I must confess that during my new life crisis with color I would sneak and look at Haitian art books in the library. I would drool over Yinka Shonibare's Dutch Wax Print patterned mannequins and I would get lost in Robert Colescott's grand, expressive and vibrant paintings at the Baltimore Museum of Art.
At the same time I was also taking a Phenomena of Color course in which we read this book called Chromophobia by David Batchelor. For the first time I understood the western fear of color and its dominance within conventions of taste. I was shocked by how well the book touched on my issues I felt while navigating as an artist form a community with an entirely different relationship to color and adornment.
Every easter Sunday in the Black southern baptist churches in the West End of Louisville, Kentucky where I grew up I received my interaction of color lessons by marveling at the bright tangerine, turquoise, teal, kelly greens and bold crimson hues within the sea of church hats and three piece suits with Now & Later gators to match! I learned about how color could lift you up, make you stand out, and draw you into a person's aura. I learned that colors could repel you away or swallow you up whole. It was these interactions that I was trying to capture with my Fauvist paintings my freshman year!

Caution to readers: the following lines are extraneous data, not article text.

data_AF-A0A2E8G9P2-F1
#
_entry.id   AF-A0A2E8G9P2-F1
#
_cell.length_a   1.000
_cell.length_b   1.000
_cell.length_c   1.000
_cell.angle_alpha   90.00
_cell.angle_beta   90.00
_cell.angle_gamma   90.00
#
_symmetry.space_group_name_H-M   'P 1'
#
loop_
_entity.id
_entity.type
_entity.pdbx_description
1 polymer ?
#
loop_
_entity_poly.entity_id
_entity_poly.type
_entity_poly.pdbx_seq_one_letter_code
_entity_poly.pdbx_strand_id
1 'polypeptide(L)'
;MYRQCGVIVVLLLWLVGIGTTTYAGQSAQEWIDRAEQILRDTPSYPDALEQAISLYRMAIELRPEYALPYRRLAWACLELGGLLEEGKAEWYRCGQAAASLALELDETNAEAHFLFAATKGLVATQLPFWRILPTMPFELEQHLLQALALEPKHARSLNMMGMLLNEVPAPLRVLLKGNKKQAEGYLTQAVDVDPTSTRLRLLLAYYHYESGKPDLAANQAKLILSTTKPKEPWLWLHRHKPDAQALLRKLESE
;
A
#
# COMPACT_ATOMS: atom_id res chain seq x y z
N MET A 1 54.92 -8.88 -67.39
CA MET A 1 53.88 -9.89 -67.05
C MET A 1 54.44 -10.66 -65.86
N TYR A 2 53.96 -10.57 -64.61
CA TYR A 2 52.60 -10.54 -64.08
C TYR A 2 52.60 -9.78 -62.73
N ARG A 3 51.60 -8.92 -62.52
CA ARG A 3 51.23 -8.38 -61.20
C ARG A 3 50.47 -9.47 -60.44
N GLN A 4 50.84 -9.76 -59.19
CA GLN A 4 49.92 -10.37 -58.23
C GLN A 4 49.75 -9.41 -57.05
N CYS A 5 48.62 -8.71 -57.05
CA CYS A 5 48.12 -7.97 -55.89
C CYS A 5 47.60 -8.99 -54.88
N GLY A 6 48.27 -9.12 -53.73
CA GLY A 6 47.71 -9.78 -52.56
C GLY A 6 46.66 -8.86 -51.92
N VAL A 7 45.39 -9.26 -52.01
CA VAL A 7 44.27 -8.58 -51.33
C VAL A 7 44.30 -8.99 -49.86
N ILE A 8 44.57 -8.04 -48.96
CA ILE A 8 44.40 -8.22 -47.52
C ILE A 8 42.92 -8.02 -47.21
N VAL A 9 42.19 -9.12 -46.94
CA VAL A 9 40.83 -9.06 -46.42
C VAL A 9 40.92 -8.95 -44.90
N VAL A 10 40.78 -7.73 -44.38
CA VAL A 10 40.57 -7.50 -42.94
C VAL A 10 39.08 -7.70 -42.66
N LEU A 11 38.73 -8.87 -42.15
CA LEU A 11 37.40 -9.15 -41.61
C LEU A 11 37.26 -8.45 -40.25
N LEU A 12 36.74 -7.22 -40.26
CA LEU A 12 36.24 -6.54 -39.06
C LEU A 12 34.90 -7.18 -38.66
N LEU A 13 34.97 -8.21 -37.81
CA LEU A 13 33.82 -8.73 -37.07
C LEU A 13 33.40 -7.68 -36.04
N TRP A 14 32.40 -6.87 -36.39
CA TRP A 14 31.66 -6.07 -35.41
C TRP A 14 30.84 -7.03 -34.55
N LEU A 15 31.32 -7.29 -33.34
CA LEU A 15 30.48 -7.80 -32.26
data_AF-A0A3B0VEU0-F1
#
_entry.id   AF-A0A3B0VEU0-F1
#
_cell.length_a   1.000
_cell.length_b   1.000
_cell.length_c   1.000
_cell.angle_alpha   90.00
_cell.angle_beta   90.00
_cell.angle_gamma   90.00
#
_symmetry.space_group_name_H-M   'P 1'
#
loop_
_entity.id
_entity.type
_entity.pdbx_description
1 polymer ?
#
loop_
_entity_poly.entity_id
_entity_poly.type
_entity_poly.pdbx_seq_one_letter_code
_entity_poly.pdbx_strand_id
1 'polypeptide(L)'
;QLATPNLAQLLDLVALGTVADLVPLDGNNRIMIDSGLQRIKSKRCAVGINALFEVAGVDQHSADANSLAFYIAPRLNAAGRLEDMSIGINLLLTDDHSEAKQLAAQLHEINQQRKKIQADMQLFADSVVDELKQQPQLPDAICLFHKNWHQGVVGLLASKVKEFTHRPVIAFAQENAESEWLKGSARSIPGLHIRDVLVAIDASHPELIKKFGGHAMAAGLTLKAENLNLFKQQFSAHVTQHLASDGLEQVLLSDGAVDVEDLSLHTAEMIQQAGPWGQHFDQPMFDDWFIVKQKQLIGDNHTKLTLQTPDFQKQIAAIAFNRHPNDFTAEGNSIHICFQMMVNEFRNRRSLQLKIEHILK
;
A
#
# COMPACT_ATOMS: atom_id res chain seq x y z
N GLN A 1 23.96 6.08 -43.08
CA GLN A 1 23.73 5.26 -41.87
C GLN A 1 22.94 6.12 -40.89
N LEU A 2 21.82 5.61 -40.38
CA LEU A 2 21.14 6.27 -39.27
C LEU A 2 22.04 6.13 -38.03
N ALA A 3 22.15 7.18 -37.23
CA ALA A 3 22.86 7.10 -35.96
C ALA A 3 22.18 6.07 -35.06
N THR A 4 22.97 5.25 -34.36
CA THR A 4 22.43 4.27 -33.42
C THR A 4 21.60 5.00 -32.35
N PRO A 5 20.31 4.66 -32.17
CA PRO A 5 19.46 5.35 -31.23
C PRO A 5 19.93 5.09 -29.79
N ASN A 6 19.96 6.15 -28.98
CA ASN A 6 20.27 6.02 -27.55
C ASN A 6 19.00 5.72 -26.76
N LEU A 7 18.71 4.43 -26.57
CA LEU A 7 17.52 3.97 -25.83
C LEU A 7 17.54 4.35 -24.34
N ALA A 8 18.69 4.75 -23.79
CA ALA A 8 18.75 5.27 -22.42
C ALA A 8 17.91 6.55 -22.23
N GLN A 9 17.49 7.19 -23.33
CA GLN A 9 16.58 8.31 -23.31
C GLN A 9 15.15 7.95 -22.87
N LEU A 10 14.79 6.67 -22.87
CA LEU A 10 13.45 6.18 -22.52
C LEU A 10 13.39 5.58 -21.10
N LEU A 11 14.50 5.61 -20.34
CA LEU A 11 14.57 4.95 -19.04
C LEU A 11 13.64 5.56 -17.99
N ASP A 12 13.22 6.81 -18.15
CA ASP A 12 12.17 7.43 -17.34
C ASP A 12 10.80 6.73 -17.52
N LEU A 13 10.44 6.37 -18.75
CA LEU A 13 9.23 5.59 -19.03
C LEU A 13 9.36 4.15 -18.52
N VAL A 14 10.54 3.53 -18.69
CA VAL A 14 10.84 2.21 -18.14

Image from What We Wear 2 Church
This epiphany concerning color and the return to it within my practice was inspired by my solo show at the VOLTA art fair in New York City last month. I made 10 pieces specifically for the show that were small works on panel that had several layers of collage, intense drawing and solid bright colors for the background. As mentioned before, I wear bright colors, layers and patterns and people kept telling me that I looked like my work. Honestly I never saw that connection because I am so close to the work, I know that somehow it is an extension of myself but I had no clue I looked like it, if that makes any sense.
Kenyatta A.C Hinkle at Project Row Houses standing in her Kentifrican Museum of Culture Installation 2012
I went home and thought more about these observations and I began to look closer at the insanely detailed line work within the sweaters I wore, or the bold plum leggings and cobalt blue boots trimmed in mustard yellow that I wore with my patterned silk shirt. I started to recognize that I had come full circle from my undergraduate experiences to find my voice naturally within color. I for damn sure know a whole lot more about hegemony and colonialism so the guilt and reluctance of sharing my colors does not reside inside of my head when I go to conceive works with our without color.
I am embracing the full spectrum of my practice in which the Tituba drawing series explores smoke as a character, so neutrals are in order, within my new works for The Uninvited Series micro organisms and boldly colored backgrounds are now replacing the drab colonial sepia toned landscapes, Kentifrica was always my bright colored love affair so in all it's glory I am taking cues from my new found Kentifrican consciousness to light the way and illuminate my entire practice. I am also re-ordering Chromophobia, it has been 8 years since I read it and I know there will be so much food for thought.